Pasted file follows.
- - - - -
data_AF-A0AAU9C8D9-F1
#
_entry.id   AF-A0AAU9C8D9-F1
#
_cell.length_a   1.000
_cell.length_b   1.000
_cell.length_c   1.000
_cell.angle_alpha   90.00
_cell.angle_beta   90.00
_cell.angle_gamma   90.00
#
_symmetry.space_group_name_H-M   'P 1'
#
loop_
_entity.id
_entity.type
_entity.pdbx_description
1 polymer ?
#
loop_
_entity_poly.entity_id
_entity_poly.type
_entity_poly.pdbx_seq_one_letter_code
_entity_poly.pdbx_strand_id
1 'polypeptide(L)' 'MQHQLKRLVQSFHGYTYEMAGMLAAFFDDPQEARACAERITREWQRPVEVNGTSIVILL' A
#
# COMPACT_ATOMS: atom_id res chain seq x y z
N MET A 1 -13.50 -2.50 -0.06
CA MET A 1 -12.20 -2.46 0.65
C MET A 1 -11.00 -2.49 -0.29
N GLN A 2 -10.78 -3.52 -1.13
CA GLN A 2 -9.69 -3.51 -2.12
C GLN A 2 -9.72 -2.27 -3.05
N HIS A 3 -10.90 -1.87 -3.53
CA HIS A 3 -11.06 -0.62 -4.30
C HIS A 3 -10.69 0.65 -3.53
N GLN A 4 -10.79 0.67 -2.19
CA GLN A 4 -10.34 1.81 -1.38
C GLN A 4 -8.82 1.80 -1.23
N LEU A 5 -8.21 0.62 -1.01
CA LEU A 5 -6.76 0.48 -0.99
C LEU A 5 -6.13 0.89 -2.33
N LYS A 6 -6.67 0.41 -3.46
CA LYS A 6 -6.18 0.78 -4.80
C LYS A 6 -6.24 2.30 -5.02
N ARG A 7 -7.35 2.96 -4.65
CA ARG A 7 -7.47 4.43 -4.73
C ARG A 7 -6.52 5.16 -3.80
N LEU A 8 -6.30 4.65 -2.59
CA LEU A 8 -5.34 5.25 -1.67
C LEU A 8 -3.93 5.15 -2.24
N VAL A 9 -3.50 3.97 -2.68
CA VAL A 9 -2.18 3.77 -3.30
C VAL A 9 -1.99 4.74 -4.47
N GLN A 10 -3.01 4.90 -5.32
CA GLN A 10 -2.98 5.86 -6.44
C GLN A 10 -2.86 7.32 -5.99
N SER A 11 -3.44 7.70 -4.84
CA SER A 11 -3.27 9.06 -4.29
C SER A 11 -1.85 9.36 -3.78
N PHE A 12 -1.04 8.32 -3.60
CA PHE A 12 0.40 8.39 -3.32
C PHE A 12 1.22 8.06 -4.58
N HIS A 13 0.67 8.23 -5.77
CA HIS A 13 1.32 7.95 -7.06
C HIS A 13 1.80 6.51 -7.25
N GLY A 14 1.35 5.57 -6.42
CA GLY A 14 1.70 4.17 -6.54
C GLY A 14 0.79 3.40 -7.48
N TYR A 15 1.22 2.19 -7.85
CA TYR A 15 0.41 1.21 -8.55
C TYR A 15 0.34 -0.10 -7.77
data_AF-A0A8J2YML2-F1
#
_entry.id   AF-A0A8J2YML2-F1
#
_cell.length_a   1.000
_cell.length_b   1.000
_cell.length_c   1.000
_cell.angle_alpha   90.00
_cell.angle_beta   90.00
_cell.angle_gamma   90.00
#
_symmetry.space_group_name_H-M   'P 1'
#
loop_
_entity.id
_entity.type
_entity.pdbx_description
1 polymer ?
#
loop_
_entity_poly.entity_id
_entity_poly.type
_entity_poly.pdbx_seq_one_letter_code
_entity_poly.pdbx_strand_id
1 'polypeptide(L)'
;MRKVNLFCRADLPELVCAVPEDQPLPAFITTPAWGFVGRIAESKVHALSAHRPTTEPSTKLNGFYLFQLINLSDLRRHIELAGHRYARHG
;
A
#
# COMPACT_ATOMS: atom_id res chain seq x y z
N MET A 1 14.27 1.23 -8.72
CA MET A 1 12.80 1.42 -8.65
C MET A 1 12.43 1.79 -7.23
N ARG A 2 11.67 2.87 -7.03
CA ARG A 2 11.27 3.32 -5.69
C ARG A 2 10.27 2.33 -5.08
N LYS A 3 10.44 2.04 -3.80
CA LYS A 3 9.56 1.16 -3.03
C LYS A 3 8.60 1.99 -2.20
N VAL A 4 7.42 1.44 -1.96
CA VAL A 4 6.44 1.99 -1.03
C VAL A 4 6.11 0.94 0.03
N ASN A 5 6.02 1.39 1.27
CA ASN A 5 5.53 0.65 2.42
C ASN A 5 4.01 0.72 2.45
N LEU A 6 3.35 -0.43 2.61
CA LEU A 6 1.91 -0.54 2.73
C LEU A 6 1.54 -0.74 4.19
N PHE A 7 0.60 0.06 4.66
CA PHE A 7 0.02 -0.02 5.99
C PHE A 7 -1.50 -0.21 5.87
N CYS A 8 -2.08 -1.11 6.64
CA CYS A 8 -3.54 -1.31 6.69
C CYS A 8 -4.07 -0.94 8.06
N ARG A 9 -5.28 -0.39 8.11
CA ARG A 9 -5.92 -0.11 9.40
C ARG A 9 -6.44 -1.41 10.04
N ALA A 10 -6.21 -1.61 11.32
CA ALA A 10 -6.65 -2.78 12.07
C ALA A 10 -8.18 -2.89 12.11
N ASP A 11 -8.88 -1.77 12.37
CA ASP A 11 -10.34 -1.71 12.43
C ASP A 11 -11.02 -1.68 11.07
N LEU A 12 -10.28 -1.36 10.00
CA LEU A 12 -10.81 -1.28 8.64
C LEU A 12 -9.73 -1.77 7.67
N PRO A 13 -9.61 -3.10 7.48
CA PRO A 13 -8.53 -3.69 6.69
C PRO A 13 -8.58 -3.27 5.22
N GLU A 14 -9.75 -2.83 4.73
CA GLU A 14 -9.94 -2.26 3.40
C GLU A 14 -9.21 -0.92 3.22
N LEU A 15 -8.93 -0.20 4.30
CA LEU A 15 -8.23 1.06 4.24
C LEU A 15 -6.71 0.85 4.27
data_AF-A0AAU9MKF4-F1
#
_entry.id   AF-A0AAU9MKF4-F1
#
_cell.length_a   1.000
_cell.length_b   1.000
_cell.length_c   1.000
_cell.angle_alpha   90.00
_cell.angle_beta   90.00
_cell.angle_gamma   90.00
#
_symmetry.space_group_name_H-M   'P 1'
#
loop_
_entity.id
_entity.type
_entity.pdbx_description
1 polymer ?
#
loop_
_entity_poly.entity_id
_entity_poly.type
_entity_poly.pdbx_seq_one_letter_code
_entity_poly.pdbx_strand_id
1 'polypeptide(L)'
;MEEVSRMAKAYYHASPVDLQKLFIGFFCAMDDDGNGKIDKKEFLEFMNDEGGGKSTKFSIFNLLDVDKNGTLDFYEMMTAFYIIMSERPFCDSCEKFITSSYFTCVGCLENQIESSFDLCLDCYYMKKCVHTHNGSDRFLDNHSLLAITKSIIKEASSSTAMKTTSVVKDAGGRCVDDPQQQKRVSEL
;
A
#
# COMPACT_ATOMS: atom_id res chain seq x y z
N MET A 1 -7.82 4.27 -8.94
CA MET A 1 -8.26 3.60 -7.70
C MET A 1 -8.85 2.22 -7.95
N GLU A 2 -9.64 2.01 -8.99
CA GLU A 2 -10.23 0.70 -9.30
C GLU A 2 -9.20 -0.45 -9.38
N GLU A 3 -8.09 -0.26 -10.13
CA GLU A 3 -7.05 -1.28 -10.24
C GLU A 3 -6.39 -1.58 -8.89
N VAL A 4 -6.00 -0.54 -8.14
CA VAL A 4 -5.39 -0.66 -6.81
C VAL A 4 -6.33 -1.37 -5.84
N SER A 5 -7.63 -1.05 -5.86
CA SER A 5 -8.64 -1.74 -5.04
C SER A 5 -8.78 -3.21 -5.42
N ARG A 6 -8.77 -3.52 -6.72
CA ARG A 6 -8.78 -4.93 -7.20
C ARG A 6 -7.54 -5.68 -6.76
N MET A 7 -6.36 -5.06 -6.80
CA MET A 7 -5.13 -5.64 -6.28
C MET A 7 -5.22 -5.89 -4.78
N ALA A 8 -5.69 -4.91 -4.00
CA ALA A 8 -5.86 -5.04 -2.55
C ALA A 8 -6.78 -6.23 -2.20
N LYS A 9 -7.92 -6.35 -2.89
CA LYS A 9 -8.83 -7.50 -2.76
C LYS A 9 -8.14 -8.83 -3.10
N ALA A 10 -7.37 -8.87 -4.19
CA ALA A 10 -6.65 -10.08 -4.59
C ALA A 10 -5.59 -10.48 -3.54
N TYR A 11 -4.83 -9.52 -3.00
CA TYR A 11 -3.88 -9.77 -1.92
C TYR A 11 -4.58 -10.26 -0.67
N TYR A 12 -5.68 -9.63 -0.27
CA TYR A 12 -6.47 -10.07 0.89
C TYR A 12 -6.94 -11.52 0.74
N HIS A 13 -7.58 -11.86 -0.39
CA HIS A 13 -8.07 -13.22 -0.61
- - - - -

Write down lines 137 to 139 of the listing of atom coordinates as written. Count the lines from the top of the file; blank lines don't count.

CA LEU A 12 -10.81 -1.28 8.64
C LEU A 12 -9.73 -1.77 7.67
N PRO A 13 -9.61 -3.10 7.48